December 4, 2022

DealBook: European Banks Push to Meet Capital Goals

The European Central Bank in Frankfurt, Germany.Hannelore Foerster/Bloomberg NewsThe European Central Bank in Frankfurt, Germany.

LONDON — European banks have been busy.

Financial institutions on the Continent have raised at least 40.7 billion euros, or $52.8 billion, in new capital as of the fourth quarter of last year, according to estimates by Citigroup.

The effort is part of policy makers’ push to increase banks’ core Tier 1 ratios, a measure of a firm’s ability to weather financial shocks, to 9 percent by June. Banks must raise a combined 115 billion euros by the summer to meet that target.

Activity over the next few weeks will add to the tally. Europe’s major banks report earnings in February, and Citigroup said it expected institutions to raise a further 24.6 billion euros by June 2012 through so-called retained earnings, a category that includes reductions in employee bonuses and cuts to overall bank lending.

Deutsche Bank of Germany, for example, could pocket up to 3.6 billion euros in retained earnings by June, based on Citigroup estimates. The figure would be more than enough to cover the 3.2 billion euro shortfall the European Banking Authority wants the bank to fill by this summer. Similarly, the Citigroup research shows BNP Paribas of France may add 4.1 billion euros in the same period through this method, well ahead of its 1.4 billion euro capital-raising target.

“BNP has huge capital needs, but can make the target in one swoop by retaining its shareholder dividend,” said an investment banker at a leading European firm, who spoke on condition on anonymity because he was not authorized to talk publicly.

While some of Europe’s largest financial institutions are likely to fill the capital gap by holding on to their profits, others will have to employ different strategies. So far, the most popular method for raising new money has been through so-called liability management exercises. Citigroup estimated European institutions had raised a combined 16 billion euros through the practice, which involves buying back, or exchanging, hybrid securities — investments that pay dividends like bonds, but can be converted into equity — at a discount from investors.

Accountancy rules allow financial institutions to book the difference between the original face value of the securities and the current discounted price as a profit toward their core Tier 1 equity. Raiffeisen of Austria, for example, has pocketed 1.3 billion euros toward its 2.1 billion euro target in this manner. The Italian bank Banco Popolare has raised a further 996 million euros.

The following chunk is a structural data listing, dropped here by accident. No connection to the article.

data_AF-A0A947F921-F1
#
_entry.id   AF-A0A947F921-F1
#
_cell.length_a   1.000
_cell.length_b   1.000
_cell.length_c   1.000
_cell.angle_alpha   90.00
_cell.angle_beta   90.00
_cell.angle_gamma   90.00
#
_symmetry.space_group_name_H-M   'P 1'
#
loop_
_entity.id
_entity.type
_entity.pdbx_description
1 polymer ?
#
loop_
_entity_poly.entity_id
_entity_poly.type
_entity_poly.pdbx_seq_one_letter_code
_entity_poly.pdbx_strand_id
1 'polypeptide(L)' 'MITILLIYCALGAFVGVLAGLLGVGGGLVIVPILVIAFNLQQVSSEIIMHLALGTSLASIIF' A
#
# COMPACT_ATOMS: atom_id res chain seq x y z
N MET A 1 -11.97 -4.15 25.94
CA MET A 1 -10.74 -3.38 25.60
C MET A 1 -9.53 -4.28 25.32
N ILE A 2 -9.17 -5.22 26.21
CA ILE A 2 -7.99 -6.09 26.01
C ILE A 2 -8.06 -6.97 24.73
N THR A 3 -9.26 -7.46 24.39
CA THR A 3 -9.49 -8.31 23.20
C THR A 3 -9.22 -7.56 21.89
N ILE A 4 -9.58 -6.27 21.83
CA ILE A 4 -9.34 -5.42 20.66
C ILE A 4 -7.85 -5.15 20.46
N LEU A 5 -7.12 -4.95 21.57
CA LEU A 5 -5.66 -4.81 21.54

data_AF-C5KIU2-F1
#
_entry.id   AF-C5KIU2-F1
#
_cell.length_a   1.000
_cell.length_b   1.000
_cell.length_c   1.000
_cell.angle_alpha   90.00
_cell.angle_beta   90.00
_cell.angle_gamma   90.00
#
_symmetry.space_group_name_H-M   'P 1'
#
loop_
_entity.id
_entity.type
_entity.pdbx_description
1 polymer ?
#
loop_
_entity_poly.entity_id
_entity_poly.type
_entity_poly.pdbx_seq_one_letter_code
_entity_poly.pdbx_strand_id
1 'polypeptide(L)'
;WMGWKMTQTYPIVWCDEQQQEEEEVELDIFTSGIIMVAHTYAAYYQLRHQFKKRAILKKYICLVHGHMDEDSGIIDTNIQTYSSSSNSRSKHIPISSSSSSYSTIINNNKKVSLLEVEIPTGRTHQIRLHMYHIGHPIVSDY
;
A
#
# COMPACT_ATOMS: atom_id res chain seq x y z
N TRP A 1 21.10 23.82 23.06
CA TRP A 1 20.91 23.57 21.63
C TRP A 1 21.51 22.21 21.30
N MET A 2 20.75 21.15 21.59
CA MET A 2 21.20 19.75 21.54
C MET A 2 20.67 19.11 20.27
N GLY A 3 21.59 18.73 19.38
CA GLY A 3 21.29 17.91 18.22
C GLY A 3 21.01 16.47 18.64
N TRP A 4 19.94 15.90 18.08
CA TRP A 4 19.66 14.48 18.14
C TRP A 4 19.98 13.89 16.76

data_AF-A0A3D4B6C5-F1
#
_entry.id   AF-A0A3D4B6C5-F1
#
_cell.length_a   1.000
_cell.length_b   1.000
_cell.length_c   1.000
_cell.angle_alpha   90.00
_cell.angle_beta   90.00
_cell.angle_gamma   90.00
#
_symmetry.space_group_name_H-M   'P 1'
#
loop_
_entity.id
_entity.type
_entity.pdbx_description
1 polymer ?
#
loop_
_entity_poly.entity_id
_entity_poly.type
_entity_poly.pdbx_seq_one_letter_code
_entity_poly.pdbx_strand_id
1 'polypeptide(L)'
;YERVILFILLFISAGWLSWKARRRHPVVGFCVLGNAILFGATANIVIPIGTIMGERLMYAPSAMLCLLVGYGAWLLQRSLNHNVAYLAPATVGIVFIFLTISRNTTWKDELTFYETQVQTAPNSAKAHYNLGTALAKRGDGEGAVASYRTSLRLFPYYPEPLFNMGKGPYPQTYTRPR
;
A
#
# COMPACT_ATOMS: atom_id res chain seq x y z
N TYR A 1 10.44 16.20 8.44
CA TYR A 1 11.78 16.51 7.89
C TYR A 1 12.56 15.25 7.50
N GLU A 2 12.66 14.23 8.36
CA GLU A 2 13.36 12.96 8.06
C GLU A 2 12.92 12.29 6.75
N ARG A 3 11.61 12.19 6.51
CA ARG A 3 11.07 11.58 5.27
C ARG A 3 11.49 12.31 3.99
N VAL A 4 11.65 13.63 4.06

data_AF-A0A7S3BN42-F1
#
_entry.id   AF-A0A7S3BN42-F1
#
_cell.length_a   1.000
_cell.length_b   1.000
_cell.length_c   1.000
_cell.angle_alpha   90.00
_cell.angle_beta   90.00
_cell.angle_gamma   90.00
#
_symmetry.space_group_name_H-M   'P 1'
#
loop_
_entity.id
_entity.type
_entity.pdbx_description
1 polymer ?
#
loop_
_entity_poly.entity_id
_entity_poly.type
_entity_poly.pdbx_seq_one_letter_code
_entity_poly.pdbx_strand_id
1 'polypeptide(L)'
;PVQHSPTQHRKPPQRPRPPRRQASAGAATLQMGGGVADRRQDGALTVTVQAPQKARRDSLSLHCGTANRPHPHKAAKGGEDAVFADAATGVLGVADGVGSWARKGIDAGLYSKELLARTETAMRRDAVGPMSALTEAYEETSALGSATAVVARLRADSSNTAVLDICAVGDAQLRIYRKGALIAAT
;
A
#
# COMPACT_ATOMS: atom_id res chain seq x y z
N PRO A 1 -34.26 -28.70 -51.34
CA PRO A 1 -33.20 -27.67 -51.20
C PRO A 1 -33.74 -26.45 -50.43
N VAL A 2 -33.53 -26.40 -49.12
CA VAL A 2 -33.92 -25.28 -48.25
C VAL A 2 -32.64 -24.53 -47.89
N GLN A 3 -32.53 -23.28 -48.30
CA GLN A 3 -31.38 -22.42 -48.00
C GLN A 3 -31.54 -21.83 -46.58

Adjustments to banks’ balance sheets have outpaced so-called rights offerings, which allow existing shareholders to buy new stock in a company at a discount. Authorities had expected many institutions to tap investors for new capital. But only one bank, UniCredit, based in Milan, has done so. Its 7.5 billion euro rights issue, which is expected to be well subscribed by investors, closes on Friday.

Many firms are relying on multiple strategies. Along with its rights offering, UniCredit is reorganizing its balance sheet. On Wednesday, the Italian lender said it would buy as much as 3 billion euros of hybrid securities at a discount of up to 50 percent. The move could raise up to 500 million euros toward the bank’s core Tier 1 ratio. UniCredit is also planning to issue up to 25 billion euros of covered bonds — debt securities that are backed by the bank’s own assets — to ease its financing problems, according to a filing with the Luxembourg Stock Exchange on Wednesday.

Other banks are shedding assets to meet the new requirements. Citigroup estimates European banks have disposed of operations worth almost 100 billion euros, as of the fourth quarter of 2011. That helped firms, including Banco Santander of Spain, to increase their capital reserves by a combined 6.6 billion euros over the period.

“The list of asset sales is the longest I’ve seen in 10 years,” said Richard Thompson, a partner at accountancy firm PricewaterhouseCoopers in London. “Banks want to reshape their balance sheets to focus on specific territories or sectors.”

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